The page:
Thursday, November 19, 2009

From the Other Side of the Curtain


“Kiri, these are the men who will be carrying you out of the window. Would you like to practice this a few times before the show begins?”

We had never rehearsed with the chorus or orchestra before the first performance. So here I was with my hair in rollers being carried down from the window on stage just a few minutes before show time! What a way to prepare for my mainstage debut as Adina in Donizetti’s The Elixir of Love

I could hear students entering the theater as I returned to my dressing room to put on the rest of my costume. The entire cast was abuzz with adrenaline! I was nervous as I stood off stage waiting for my entrance … I could hear the audience talking in their seats and the orchestra beginning to play. At that moment, I remembered my elementary school days when I wished with all my heart that one day I would be an opera singer. I thought of all the students who would see their first opera today and be hooked just like me! Somehow, I found strength and tranquility in that thought. As I walked out on stage I expected to get even more nervous. I looked out into the theatre, and I could feel the audience’s presence. I took a deep breath, and I had an overwhelming feeling of peace. This is where I belonged. I knew that this was the chance I had been waiting for all my life. Today I was performing on the Houston Grand Opera stage, and no matter what happened afterward, no one could take that away from me. This was the chance of a lifetime.

As we began the show we were a little hesitant until the first outburst of laughter. As the audience began to respond to the actions on stage I could feel myself relax and just enjoy performing. I don’t really remember too many specifics about the show. I just know that we were all trying as hard as we could. It was all a blur up until the last scene. I told Nemorino that I loved him and then he dropped to his knees and hugged me. The entire audience gasped and began to clap. In that split second I realized that the students understood our story. They were with us on our emotional roller coaster. We had made a connection—that is what this is all about.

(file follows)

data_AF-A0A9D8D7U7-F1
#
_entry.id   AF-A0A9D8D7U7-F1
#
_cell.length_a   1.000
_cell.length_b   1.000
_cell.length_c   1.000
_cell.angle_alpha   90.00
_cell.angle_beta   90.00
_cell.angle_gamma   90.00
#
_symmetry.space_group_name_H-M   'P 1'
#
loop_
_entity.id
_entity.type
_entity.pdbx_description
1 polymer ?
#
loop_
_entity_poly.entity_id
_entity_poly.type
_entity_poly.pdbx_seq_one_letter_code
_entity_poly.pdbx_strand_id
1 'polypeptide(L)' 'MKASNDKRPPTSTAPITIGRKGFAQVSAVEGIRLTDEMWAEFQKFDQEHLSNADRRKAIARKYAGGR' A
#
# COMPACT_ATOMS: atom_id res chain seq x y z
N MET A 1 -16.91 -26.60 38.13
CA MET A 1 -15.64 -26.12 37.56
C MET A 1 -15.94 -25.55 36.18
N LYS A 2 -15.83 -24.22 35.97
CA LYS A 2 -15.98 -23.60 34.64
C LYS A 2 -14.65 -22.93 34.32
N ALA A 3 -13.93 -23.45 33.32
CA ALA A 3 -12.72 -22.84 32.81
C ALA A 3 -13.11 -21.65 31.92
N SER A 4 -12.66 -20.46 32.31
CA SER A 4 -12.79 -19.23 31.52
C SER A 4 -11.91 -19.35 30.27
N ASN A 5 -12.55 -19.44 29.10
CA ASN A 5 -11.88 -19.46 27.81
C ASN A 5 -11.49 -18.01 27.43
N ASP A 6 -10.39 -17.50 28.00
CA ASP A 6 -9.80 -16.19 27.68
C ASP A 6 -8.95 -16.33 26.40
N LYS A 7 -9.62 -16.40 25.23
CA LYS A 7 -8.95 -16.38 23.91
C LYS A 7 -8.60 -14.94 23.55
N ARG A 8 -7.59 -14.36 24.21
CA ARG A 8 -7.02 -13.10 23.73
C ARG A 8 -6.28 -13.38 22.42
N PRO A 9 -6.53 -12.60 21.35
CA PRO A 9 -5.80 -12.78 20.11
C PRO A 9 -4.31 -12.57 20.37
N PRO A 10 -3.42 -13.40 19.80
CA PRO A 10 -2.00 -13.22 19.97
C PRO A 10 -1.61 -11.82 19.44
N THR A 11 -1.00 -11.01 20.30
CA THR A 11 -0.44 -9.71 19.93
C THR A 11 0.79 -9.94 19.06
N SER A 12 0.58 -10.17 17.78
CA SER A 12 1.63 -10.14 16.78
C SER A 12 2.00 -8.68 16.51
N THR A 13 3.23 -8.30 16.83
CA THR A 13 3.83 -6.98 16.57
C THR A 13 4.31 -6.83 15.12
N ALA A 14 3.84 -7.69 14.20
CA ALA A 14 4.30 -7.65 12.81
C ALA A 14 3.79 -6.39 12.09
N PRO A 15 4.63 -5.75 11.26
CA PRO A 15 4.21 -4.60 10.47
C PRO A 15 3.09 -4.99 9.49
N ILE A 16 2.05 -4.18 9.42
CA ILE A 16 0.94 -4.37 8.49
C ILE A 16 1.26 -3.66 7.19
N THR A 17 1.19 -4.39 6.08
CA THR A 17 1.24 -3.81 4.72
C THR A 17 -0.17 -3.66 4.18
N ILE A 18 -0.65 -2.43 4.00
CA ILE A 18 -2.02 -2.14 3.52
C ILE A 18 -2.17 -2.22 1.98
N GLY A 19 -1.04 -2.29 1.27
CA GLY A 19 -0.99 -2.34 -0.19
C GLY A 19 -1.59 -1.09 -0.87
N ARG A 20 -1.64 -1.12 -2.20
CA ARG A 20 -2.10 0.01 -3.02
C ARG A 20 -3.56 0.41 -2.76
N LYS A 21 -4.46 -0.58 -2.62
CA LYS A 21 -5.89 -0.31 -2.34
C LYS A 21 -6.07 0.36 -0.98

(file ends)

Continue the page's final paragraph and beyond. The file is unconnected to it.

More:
As we finished the last note and waived good bye to the audience, Nathaniel Peake and I looked at each other with eyes of relief and congratulations as we waited for our turn in the curtain call. He grabbed my hand as we ran out to center stage, and the reception we got was breathtaking. That was a day I will remember forever!

Kiri Deonarine- First-year HGO Studio Artist

2 comments:

Andrew said...

I love you kiri!!! so so proud of you. and even more excited that you're performing up in my hood!! keep knockin' 'em dead. -andrew sullivan

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